Patent attorneys for Hill-Rom Services, Inc., Hill-Rom Company, Inc. and Hill-Rom Manufacturing, Inc. (collectively, “Hill-Rom”) filed a patent-infringement action against Stryker Corporation, doing business as Stryker Medical and Stryker Sales Corporation (collectively, “Stryker”), alleging that Stryker had infringed nine of its patents. Stryker countered, alleging non-infringement and invalidity of the patents-in-suit.
The suit, initially filed in the Western District of Wisconsin, was transferred to the Southern District of Indiana. Six of the nine patents-in-suit are currently undergoing reexamination before the United States Patent and Trade Office pursuant to Stryker’s request and the Court considered only the other patents-in-suit.
In this Order, the Court determined the scope and meaning of the asserted patent claims, a necessary step before ruling on the question of infringement. The three patents-in-suit addressed involve data transfer patents that allow hospital personnel to monitor the status of patients’ beds remotely.
Five claim terms from the three patents at issue were presented to be construed by the Court: 1) “datalink”, 2) “interface board including processor”, 3) “message”, 4) “bed condition message” and 5) “message validation information”.
In each case, Hill-Rom proposed no definition other than reiterating the precise wording of each claim term at issue, apparently relying substantially on the heavy, but rebuttable, presumption that claim terms will be afforded their full ordinary and customary meaning. In contrast, Stryker criticized Hill-Rom’s failure to expand on what a plain and ordinary meaning would be when considered in the context of the specification and prosecution history.
For “datalink”, which was both the claim term and the proposed construction by Hill-Rom, the Court adopted Stryker’s proposal exactly, construing it to mean “A cable connected to the bed that carries data”.
The Court construed “interface board including processor” to mean “A board that processes an input signal to create bed condition messages and sends those messages to a remote location via the wall interface unit. It can also receive messages through the wall interface unit.” Of all of the claim terms, the Court differed the most from Stryker’s proposal — “A board that includes the electronics that control the sending of messages to, and the receiving of messages from, a remote location.” — on the construction of this term.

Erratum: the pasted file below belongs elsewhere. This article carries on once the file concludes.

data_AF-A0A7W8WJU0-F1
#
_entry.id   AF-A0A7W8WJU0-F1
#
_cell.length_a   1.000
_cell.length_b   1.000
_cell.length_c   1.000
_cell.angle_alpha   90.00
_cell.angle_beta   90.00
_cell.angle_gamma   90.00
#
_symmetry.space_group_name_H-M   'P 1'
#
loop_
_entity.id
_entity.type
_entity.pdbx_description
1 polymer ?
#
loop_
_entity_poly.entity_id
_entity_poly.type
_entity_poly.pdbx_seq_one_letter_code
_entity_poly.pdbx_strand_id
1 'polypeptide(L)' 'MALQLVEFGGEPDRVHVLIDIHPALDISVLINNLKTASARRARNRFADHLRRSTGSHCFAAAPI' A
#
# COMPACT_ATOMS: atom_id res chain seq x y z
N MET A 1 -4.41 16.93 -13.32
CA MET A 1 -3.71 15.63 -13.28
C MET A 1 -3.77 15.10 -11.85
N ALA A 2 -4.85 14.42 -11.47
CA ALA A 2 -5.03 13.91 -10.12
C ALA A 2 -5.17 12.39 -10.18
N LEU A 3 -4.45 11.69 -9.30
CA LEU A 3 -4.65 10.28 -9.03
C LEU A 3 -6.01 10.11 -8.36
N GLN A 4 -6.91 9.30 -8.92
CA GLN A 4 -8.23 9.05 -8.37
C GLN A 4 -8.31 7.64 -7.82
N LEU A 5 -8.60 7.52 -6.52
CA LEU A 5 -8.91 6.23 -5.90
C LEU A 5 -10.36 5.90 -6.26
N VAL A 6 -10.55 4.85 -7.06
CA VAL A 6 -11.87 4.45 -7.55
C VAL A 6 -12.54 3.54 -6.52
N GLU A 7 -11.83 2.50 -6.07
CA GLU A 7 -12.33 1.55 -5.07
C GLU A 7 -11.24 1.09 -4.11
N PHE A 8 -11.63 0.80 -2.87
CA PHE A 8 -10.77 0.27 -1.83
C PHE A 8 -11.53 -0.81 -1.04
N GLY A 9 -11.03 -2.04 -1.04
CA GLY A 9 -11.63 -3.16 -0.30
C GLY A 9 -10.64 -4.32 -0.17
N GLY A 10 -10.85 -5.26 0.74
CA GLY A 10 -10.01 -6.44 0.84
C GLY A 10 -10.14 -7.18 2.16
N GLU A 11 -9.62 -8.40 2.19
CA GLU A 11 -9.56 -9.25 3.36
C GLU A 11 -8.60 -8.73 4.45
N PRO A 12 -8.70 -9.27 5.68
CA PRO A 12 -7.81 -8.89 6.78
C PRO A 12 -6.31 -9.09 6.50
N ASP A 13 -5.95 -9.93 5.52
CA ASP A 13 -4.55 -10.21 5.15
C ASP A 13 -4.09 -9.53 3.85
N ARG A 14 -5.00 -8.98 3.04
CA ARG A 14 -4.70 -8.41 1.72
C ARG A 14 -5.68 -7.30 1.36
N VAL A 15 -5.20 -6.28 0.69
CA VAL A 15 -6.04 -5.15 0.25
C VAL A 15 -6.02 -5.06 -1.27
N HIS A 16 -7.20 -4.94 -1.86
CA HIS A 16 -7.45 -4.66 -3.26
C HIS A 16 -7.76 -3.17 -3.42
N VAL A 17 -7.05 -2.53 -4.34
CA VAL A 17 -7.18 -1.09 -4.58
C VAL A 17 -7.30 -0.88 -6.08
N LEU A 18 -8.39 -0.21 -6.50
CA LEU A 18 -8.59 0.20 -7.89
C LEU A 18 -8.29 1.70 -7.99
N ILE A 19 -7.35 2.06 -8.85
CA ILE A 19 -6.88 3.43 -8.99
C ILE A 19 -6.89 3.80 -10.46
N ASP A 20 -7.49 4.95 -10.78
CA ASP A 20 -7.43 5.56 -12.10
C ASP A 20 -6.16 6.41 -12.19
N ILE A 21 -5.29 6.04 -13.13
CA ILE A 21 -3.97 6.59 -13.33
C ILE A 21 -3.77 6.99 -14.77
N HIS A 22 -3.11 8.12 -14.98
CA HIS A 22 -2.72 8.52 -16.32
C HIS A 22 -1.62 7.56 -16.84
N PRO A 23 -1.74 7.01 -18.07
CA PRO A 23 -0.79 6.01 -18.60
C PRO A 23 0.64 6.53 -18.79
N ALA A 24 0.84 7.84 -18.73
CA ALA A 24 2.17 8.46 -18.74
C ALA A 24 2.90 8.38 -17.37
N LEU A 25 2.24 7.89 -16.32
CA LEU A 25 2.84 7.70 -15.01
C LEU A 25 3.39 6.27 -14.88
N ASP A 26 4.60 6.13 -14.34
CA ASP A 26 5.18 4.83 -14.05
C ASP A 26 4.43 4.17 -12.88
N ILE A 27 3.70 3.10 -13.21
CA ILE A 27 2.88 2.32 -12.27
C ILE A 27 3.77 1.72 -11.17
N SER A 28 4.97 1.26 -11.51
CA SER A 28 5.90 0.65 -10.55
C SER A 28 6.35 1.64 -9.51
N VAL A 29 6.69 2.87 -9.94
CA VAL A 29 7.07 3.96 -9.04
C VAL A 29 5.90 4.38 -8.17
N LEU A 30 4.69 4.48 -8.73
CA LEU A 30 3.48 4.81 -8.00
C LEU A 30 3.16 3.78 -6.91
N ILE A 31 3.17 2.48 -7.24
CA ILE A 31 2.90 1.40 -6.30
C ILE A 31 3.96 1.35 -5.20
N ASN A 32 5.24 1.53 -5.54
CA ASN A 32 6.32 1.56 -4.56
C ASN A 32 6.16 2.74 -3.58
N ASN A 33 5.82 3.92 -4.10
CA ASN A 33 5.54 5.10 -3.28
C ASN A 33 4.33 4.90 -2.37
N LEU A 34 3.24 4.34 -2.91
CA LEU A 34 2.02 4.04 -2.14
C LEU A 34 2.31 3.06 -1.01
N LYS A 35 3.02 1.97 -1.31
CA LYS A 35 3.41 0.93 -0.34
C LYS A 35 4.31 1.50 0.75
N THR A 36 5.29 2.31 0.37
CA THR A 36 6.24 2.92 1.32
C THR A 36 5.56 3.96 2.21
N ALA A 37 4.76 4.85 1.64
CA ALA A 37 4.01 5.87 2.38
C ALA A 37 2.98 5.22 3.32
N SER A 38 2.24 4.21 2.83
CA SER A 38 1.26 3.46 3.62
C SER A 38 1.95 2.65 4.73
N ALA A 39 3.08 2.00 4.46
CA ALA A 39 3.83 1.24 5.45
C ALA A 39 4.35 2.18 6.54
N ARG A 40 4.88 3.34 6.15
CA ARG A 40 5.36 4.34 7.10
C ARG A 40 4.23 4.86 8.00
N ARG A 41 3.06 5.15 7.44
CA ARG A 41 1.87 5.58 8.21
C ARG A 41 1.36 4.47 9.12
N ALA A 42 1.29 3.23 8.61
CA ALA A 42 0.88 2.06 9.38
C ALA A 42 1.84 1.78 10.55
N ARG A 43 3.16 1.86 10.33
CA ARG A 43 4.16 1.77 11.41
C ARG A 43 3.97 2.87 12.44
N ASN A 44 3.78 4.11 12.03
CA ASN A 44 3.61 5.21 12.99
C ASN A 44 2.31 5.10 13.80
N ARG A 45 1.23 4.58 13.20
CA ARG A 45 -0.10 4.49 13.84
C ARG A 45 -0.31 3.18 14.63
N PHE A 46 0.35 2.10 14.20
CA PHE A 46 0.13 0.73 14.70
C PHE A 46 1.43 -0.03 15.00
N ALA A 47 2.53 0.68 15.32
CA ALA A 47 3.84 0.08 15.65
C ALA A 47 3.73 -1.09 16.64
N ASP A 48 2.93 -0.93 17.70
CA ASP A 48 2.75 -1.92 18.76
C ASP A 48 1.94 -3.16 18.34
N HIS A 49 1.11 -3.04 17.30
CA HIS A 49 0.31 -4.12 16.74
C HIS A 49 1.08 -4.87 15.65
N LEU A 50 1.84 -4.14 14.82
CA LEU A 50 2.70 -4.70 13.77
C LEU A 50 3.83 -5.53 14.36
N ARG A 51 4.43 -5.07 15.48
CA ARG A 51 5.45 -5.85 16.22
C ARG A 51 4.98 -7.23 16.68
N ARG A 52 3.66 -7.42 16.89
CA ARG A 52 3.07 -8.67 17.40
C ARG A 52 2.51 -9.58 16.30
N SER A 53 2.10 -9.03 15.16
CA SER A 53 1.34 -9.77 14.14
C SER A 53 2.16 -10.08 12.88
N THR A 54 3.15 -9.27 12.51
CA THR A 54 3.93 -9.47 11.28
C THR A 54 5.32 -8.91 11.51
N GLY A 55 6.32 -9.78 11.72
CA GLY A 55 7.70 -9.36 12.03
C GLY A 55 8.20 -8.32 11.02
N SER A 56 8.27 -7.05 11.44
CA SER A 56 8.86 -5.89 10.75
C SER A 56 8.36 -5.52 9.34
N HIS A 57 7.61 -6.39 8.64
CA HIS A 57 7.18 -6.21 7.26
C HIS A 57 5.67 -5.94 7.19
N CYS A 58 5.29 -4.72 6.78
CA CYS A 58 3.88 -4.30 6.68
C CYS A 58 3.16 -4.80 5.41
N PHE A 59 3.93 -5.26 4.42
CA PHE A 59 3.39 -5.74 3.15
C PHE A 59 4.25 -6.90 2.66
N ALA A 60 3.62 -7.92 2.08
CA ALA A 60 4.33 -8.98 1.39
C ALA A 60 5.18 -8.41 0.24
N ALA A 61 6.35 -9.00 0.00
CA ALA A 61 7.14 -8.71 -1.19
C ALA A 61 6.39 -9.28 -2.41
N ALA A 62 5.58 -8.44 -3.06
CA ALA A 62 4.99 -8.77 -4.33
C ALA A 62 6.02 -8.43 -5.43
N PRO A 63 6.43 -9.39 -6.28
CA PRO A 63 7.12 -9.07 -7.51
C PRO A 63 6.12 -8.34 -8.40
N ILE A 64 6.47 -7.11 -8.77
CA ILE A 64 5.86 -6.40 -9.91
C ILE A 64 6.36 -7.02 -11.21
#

The third term, “message”, again proposed to mean only “message” by Hill-Rom, was interpreted to mean “A plurality of data fields of appropriate length assembled into a defined structure. A message is distinct from an input signal.”
“Bed condition message” was construed to mean “A message not generated in response to any user request that contains the status of all conditions the bed is capable of monitoring.”
Finally, “message validation information” was construed to mean “A data field within a message that is used to verify that the message was received exactly the same as it was sent.”
The case was referred to Magistrate Judge LaRue for further proceedings.
Practice Tip #1: Hill-Rom’s interpretation of “plain and ordinary meaning” as requiring merely the repetition of the terms at issue was soundly rejected by this Court, as it has been by other courts. Instead, it is often true that, in those cases that a lawsuit is filed, the parties can expect that there will be disagreements on what constitutes a “plain and ordinary meaning.” Consequently, it is advisable for both parties to consider providing the court with additional language supporting their respective positions. Failure to do so results in the court being presented with only one alternate definition to consider when construing claims, a situation not likely to benefit the party providing no additional language.
Practice Tip #2: It appears that Hill-Rom was trying to use general language in its claims to secure for itself broad protection under its patents. While that goal is understandable, claims cannot enlarge the scope of a patent beyond what has been described in the invention. So, for example, while the use of the broad term “datalink” might seem to protect a wide range of types of data sent over different types of links, without a proper foundation elsewhere in the patent, such a term will be ineffective in providing the desired protection.